Every now and then, I am turning over the reins to my creative friends and letting them show and tell about their work-in-progress.  I also asked them to address the issue of how they make time in their busy schedules for their own work.  This week’s guest is photographer and entrepreneur Tanya Boggs.

Tanya, what are you thinking about in your current work, Daily Dose?

Some of the themes you will see repeated in all of my personal work have been about collecting, archiving, mortality and memory, and an exploration of personal history.  And those ideas are even more evident in this current body of work Daily Dose.

This is an ongoing self-portrait of me and my daughter and is a continual work in progress.  Everyday, at approximately the same time, I place us as the subject of a photograph.  Day in and day out, each image, taken at the same distance from the camera, with the same lighting, and the same background, begins to compound and grow.  Days become weeks.  Weeks become months.  And soon months will become years.

By choosing to keep some of the elements in the image stable and by placing these seemingly arbitrary restrictions on the project, the nuances begin to come to the forefront.  This gives the viewer the opportunity to notice small details like when I have a headache, or when my daughter is exhausted or not feeling well.  You can begin to see some of the subtleties of the relationship and the individuals.

I began the work in March of 2009, so it’s been just over a year.  I plan to continue this project until my daughter grows up and moves out.  Most if the time in art, I think tightly editing can be crucial. This is one of the few projects where I think more is more.  The accumulation over time will really begin to shift and change this project.  I am so excited to see where this journey takes me.

Tanya, how do you make time for your own creative work (and all the other things you fit into your schedule)?

Given the nature of this current body of fine art work, making time for it is built into the project.  And it doesn’t take too much time everyday so it has been easy to commit to doing.  It’s probably a little easier as a photographer since I’m not making oil paintings or something more time consuming.  But it does require that I commit to the project daily.  There are some larger tasks and overall upkeep which I do in chunks on a weekly or bi-weekly basis: Color balancing, adding titles, updating the images on the website, applying for shows.  It’s been pretty easy to find small blocks of time to stay on top of the work because I’m really excited about the project.  I try to find 30 minutes or an hour here and there.  Which can easily turn into a larger amount of time as I get lost in the project.  Sometimes just getting started is the hardest part.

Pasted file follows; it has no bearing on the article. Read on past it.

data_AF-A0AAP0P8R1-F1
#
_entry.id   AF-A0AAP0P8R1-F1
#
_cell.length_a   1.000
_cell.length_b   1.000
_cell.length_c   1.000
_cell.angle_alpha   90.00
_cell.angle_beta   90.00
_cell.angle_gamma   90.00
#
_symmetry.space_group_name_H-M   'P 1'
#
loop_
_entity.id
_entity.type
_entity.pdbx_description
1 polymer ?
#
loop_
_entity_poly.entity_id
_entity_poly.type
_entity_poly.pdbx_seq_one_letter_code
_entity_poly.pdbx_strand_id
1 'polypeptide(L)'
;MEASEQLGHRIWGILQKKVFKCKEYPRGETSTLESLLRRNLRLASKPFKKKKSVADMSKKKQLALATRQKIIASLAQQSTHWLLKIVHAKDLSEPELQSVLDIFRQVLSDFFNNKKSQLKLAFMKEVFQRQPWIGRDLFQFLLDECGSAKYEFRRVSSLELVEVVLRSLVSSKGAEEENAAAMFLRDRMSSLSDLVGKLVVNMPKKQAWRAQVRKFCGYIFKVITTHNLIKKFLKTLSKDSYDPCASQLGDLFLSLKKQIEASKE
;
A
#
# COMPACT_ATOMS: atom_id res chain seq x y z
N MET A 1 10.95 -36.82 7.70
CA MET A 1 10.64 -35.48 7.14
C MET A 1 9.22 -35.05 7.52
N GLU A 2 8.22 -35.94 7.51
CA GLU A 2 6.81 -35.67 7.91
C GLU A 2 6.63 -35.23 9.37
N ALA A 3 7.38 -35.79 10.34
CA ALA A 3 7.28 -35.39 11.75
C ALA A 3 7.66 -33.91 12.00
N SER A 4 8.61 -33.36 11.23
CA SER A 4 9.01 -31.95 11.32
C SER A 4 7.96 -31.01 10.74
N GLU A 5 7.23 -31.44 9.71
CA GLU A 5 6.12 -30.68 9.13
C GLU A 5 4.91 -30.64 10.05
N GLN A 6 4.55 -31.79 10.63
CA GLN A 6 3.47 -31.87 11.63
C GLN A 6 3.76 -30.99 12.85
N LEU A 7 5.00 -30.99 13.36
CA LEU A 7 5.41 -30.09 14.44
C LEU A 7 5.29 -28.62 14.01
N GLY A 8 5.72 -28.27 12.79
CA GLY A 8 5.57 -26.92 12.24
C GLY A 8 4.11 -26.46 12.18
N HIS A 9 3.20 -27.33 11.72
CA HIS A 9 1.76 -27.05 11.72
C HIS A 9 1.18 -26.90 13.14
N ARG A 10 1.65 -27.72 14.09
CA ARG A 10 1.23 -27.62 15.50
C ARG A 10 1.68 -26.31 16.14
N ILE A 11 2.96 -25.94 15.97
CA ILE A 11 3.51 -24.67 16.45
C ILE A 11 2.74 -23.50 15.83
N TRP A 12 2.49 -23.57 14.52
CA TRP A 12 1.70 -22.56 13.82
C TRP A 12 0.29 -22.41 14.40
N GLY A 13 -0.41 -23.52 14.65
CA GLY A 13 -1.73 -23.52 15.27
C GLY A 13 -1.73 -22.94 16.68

The other thing I have done to make time for my creative work, is that I have made my art into my craft and my livelihood as well.  I was frustrated that I never had enough time in my studio.  And one day a light bulb went off.  I want to do what I love and have someone pay me for it.  Given my medium of photography, it wasn’t that far of a leap.  Just a leap of faith really.  Now making time for my personal work just blends into my life a little more seamlessly.  I work with images all the time, so it’s easy to flip right into my personal work for 30 minutes at lunch or for an hour on Saturdays.  I hardly notice the difference between the two anymore.  I’m no longer frustrated by my lack of studio time and both my personal and my professional work organically blend together in my daily workflow.

My advice to others who might struggle to make time for their creative work is to first remove as many barriers as possible between you and getting it done.  If your commute to your studio stops you from making work… remove the commute.  Second, figure out how much time you realistically have and then schedule it for you.  Make a date with yourself and don’t break it.  And lastly I’d say, commit, commit, commit!  If it is really a priority for you, then you have to devote the time and energy.

Thanks Tanya!  Where can we see more of your work?

My Solo Exhibition for Re: incarnation at the School of the Arts at Louisiana Tech University in Ruston, LA was cancelled for the 2009/2010 exhibition season due to budget cuts.

Currently on the fine art website for my personal work, the Daily Dose images begin in March of 2009 and move to the present, but I am going to switch that shortly so that the most recent images are the first one’s you see on the site.  I want to update the site weekly so the content is always current and easy to get to.

Become a fan:

Follow me on Twitter: